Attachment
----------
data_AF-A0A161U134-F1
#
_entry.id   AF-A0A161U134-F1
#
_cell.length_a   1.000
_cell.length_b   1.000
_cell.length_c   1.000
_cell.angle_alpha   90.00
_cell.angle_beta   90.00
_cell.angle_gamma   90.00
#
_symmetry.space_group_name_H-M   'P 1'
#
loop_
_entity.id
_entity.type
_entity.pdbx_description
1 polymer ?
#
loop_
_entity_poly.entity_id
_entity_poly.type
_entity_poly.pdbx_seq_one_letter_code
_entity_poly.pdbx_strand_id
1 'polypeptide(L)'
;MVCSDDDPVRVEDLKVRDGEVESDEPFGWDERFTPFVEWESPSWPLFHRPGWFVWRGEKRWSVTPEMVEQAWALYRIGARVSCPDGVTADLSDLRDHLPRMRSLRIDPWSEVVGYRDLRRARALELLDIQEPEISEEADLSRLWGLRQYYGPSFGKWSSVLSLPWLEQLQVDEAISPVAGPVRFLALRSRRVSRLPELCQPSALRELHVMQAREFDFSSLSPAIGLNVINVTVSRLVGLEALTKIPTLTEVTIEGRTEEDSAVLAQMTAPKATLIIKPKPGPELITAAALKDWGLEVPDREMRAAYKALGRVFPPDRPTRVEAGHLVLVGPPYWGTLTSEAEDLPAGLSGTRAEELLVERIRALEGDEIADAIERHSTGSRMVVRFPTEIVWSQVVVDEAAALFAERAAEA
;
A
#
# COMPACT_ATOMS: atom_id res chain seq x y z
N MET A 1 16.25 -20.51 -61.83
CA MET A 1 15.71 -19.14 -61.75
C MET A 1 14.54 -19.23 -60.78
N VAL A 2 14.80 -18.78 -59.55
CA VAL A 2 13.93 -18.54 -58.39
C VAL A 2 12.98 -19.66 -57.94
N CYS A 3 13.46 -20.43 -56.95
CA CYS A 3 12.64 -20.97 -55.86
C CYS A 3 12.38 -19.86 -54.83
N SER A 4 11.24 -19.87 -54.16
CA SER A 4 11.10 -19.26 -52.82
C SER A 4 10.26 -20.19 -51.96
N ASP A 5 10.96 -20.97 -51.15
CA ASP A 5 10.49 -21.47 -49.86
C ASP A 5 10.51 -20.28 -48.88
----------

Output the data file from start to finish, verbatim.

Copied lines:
data_AF-A0A161U134-F1
#
_entry.id   AF-A0A161U134-F1
#
_cell.length_a   1.000
_cell.length_b   1.000
_cell.length_c   1.000
_cell.angle_alpha   90.00
_cell.angle_beta   90.00
_cell.angle_gamma   90.00
#
_symmetry.space_group_name_H-M   'P 1'
#
loop_
_entity.id
_entity.type
_entity.pdbx_description
1 polymer ?
#
loop_
_entity_poly.entity_id
_entity_poly.type
_entity_poly.pdbx_seq_one_letter_code
_entity_poly.pdbx_strand_id
1 'polypeptide(L)'
;MVCSDDDPVRVEDLKVRDGEVESDEPFGWDERFTPFVEWESPSWPLFHRPGWFVWRGEKRWSVTPEMVEQAWALYRIGARVSCPDGVTADLSDLRDHLPRMRSLRIDPWSEVVGYRDLRRARALELLDIQEPEISEEADLSRLWGLRQYYGPSFGKWSSVLSLPWLEQLQVDEAISPVAGPVRFLALRSRRVSRLPELCQPSALRELHVMQAREFDFSSLSPAIGLNVINVTVSRLVGLEALTKIPTLTEVTIEGRTEEDSAVLAQMTAPKATLIIKPKPGPELITAAALKDWGLEVPDREMRAAYKALGRVFPPDRPTRVEAGHLVLVGPPYWGTLTSEAEDLPAGLSGTRAEELLVERIRALEGDEIADAIERHSTGSRMVVRFPTEIVWSQVVVDEAAALFAERAAEA
;
A
#
# COMPACT_ATOMS: atom_id res chain seq x y z
N MET A 1 16.25 -20.51 -61.83
CA MET A 1 15.71 -19.14 -61.75
C MET A 1 14.54 -19.23 -60.78
N VAL A 2 14.80 -18.78 -59.55
CA VAL A 2 13.93 -18.54 -58.39
C VAL A 2 12.98 -19.66 -57.94
N CYS A 3 13.46 -20.43 -56.95
CA CYS A 3 12.64 -20.97 -55.86
C CYS A 3 12.38 -19.86 -54.83
N SER A 4 11.24 -19.87 -54.16
CA SER A 4 11.10 -19.26 -52.82
C SER A 4 10.26 -20.19 -51.96
N ASP A 5 10.96 -20.97 -51.15
CA ASP A 5 10.49 -21.47 -49.86
C ASP A 5 10.51 -20.28 -48.88